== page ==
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n, 2n

The notations for the genetic and zygotic (diploid) or somatic chromosome number of a plant, e.g., 2n = 24 in rice.

Narrow brown leaf spot

A disease of rice caused by the fungus Cercospora janseana and Sphaerulina oryzina , which produces short, linear, brown lesions, most commonly on the leaves.

Narrow cross

A cross between parents that have many genes in common and only differ in a few.

Narrow leaved weeds

The monocot weeds are referred as narrow leaved weeds.

Narrow row planting

A method of planting in which the seed is planted in uncommonly narrow rows, closer than normal, for the given crop.   

Native crops

Crops which have been developed in a country, and not brought in from other Countries.

Natural cross pollination

Pollination of the plant by insects, wind, or floral parts without human intervention.

Natural insecticide

An insecticide produced from plant extracts.

Natural selection

The growing and survival of the best adapted plants in a given location, with selection occurring naturally without human intervention.

Neck blast

A form of blast disease where the rice panicle base becomes dark thereby called "rotten neck"; the panicles may fall over; the symptoms appear also on panicle branches.

Neck node

The nearly solid node between the uppermost internode of the culm and the panicle axis.


The panicle is enclosed by a spathe-like leaf or leaf sheath arising at the panicle base. Occasionally, additional bracts may arise at the base of the panicle branches.

Necrotic mosaic

A viral disease caused by the rice necrotic mosaic virus (rnmv). Polymyxa graminis is considered to be the vector of the rnmv. The disease occurs in Central and Southern Japan. Infected plants have elongate or spindle-shaped, yellow flecks and streaks on the basal portions of stems and sheaths. Plants may be moderately stunted with reduced tiller number and spreading growth habit. It can be transmitted by mechanical means and through the soil. There has been no evidence that insects or seeds transmit the disease.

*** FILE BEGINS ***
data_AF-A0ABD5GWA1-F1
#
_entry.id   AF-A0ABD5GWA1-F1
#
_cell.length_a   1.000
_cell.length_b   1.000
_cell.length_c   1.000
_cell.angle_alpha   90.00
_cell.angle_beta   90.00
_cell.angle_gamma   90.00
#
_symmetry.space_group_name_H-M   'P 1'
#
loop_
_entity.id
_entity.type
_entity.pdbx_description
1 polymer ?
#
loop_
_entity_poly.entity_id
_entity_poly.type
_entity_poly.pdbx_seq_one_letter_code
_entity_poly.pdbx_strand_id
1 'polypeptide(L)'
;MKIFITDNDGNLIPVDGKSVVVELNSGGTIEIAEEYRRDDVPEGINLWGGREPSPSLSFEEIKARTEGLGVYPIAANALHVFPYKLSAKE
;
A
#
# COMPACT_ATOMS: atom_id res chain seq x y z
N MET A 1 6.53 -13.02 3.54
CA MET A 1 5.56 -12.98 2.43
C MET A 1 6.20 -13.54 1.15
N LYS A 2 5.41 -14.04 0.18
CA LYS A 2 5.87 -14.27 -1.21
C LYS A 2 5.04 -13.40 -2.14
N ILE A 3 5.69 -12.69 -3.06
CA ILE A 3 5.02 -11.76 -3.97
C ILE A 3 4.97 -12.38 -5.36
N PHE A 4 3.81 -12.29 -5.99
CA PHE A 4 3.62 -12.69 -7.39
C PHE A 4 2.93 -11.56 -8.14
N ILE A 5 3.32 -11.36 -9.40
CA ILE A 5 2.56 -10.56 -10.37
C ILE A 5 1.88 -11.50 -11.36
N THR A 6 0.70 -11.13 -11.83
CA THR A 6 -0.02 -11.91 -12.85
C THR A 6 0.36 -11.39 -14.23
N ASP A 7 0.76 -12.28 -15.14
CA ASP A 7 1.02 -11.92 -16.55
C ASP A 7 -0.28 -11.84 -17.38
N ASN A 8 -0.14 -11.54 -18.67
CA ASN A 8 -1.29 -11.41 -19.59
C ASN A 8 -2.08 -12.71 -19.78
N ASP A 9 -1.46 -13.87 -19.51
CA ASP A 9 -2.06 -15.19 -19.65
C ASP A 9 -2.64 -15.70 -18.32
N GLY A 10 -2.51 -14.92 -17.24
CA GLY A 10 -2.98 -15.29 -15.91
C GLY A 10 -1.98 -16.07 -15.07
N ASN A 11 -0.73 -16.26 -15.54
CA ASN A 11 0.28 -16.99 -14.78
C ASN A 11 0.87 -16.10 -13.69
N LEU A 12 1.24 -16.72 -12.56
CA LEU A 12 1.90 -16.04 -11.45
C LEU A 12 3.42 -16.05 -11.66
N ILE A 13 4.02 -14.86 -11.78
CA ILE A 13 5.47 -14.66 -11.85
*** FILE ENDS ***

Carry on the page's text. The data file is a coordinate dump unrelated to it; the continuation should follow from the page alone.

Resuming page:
Parasitic fungi that do not need a living host to be able to reproduce.


Swimming animals capable of navigation.


A chemical compound or physical agent that kills or inhibits nematodes.


Any of the class or phylum nematoda of elongated cylindrical worms parasitic in animals or plants free living in soil or water. Generally microscopic, worm like animals that live saprophytically in water or soil.

Net assimilation rate

The rate of plant weight increase per unit leaf area.

Net income

Gross farm income minus total farm costs.


A group of people or institutes located in different places but working together for a common goal.

Neutral soil

Specifically, a soil in which the surface layer, at least down to normal plough depth, is neither acid nor alkaline in reaction. Practically, a soil in which the pH of the surface soil ranges between 6.6 and 7.4.


Role and function of an organism specific in its habitat.


A chemical for the colorimetric determination of amino acids, which becomes violet to red when in contact with honeydew on filter paper. It is used to determine the feeding activity of the brown planthopper.

Nitrate assimilation

Uptake of nitrate by living organisms and conversion to cell substances.


The biochemical oxidation of Ammonium (NH4+) to Nitrate (NO3-).

Nitrification inhibitor

A chemical product used to slow down the release of Nitrate in organic manure.

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